From limbs and cars, to five storey office buildings, 3D printing has paved the way for a lot of amazing (and let’s face it, odd) innovations. It’s quite literally transformed industries! It goes without saying that 3D printing is going to remain a huge part of the future for it’s applications to medicine, construction, lifestyle products, sustainability, efficiency, design, and more.
3D printing technology works using what’s called an ‘additive process’, which is where layers of material are stacked above one another to create the fully formed object. First, a digital 3D model of the object is created on a computer. Special software then ‘slices’ this model into as many horizontal layers as possible, which can then be printed and stacked, one layer over another, to form the full object. From 3D printing prosthetics for the wounded, to 3D printing race cars to enter the Grand Prix, there seems to be no real limit to the possibilities of 3D printing – aside from imagination!
1. You can 3D print pretty much anything in almost any solid material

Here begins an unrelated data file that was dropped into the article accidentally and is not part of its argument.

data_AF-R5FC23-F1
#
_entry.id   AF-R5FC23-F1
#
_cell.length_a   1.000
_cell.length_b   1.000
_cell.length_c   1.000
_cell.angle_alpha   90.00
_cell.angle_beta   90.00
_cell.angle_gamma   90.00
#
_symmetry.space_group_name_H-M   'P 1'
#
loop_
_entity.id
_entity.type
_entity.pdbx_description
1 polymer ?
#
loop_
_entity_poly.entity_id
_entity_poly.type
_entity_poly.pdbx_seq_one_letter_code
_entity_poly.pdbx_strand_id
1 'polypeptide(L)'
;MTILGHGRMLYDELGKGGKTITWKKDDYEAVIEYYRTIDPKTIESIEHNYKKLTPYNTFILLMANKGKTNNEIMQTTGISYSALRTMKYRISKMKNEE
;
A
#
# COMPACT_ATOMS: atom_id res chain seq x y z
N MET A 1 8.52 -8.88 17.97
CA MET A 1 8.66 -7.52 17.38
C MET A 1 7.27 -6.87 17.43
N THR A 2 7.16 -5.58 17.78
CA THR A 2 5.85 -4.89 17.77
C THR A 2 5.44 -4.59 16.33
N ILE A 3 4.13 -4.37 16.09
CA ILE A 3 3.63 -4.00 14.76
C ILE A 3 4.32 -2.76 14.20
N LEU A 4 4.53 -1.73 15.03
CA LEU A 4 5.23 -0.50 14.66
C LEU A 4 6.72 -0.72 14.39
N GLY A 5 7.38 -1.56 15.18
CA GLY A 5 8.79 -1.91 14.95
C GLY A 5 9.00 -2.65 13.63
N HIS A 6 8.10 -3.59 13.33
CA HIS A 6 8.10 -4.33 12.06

You name it, you can 3D print it! If it’s made of matter, you can 3D print it (that’s everything). Most people think of 3D printing being made from plastic, but many new design materials in the expanding 3D printing market include gold, silver, titanium, stainless steel, wood, paper, ceramics, glass, silicone (which is made from sand), and even food (a whole meal can be made from sugars, meat, pasta and of course – chocolate!). Some companies are even experimenting with creating living tissue, having printed a prototype for a human organ live on stage. Australian Ethical invests in Stratasys, a company with a really unique approach that combines different materials to so far make 140 different types of new materials each with a specific use in 3D printed objects.
2. It was born in the 80s
You can now look back on the 80s and remember a decade not just of mullets, shoulder pads, and when Phil Collins released his classic solo pop hits – but also early 3D printing. While it’s generally considered a 21st century invention, 3D printing is actually quite a bit older than most of us realise…